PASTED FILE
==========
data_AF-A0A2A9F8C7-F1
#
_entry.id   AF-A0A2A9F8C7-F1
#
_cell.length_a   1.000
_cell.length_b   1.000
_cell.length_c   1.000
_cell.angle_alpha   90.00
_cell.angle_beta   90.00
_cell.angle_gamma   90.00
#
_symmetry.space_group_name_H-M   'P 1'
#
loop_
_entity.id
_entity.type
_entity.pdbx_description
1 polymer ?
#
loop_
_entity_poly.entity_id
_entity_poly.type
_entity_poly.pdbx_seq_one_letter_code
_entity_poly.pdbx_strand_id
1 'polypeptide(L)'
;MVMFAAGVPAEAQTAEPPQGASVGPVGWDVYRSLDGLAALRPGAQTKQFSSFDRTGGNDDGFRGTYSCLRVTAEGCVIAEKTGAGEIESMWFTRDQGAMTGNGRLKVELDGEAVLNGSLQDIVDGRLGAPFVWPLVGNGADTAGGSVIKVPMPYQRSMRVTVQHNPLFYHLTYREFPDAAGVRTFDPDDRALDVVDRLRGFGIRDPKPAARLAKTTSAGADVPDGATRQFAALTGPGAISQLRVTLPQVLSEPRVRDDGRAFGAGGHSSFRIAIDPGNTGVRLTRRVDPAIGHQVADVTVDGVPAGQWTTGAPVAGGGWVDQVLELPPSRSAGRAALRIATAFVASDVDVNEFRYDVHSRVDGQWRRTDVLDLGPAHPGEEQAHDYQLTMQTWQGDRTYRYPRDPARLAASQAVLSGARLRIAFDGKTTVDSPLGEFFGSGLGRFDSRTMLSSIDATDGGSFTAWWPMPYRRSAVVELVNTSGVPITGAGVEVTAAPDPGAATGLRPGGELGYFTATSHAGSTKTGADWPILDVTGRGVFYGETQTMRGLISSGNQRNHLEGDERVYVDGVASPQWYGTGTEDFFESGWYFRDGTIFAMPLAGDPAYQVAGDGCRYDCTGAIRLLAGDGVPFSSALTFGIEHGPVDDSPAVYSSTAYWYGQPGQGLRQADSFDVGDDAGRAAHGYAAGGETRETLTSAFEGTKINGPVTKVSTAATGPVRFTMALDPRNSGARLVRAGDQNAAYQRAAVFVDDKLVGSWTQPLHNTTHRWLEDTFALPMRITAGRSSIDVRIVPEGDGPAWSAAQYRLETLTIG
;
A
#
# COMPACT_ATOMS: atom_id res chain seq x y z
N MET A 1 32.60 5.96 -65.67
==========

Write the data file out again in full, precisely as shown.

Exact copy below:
data_AF-A0A2A9F8C7-F1
#
_entry.id   AF-A0A2A9F8C7-F1
#
_cell.length_a   1.000
_cell.length_b   1.000
_cell.length_c   1.000
_cell.angle_alpha   90.00
_cell.angle_beta   90.00
_cell.angle_gamma   90.00
#
_symmetry.space_group_name_H-M   'P 1'
#
loop_
_entity.id
_entity.type
_entity.pdbx_description
1 polymer ?
#
loop_
_entity_poly.entity_id
_entity_poly.type
_entity_poly.pdbx_seq_one_letter_code
_entity_poly.pdbx_strand_id
1 'polypeptide(L)'
;MVMFAAGVPAEAQTAEPPQGASVGPVGWDVYRSLDGLAALRPGAQTKQFSSFDRTGGNDDGFRGTYSCLRVTAEGCVIAEKTGAGEIESMWFTRDQGAMTGNGRLKVELDGEAVLNGSLQDIVDGRLGAPFVWPLVGNGADTAGGSVIKVPMPYQRSMRVTVQHNPLFYHLTYREFPDAAGVRTFDPDDRALDVVDRLRGFGIRDPKPAARLAKTTSAGADVPDGATRQFAALTGPGAISQLRVTLPQVLSEPRVRDDGRAFGAGGHSSFRIAIDPGNTGVRLTRRVDPAIGHQVADVTVDGVPAGQWTTGAPVAGGGWVDQVLELPPSRSAGRAALRIATAFVASDVDVNEFRYDVHSRVDGQWRRTDVLDLGPAHPGEEQAHDYQLTMQTWQGDRTYRYPRDPARLAASQAVLSGARLRIAFDGKTTVDSPLGEFFGSGLGRFDSRTMLSSIDATDGGSFTAWWPMPYRRSAVVELVNTSGVPITGAGVEVTAAPDPGAATGLRPGGELGYFTATSHAGSTKTGADWPILDVTGRGVFYGETQTMRGLISSGNQRNHLEGDERVYVDGVASPQWYGTGTEDFFESGWYFRDGTIFAMPLAGDPAYQVAGDGCRYDCTGAIRLLAGDGVPFSSALTFGIEHGPVDDSPAVYSSTAYWYGQPGQGLRQADSFDVGDDAGRAAHGYAAGGETRETLTSAFEGTKINGPVTKVSTAATGPVRFTMALDPRNSGARLVRAGDQNAAYQRAAVFVDDKLVGSWTQPLHNTTHRWLEDTFALPMRITAGRSSIDVRIVPEGDGPAWSAAQYRLETLTIG
;
A
#
# COMPACT_ATOMS: atom_id res chain seq x y z
N MET A 1 32.60 5.96 -65.67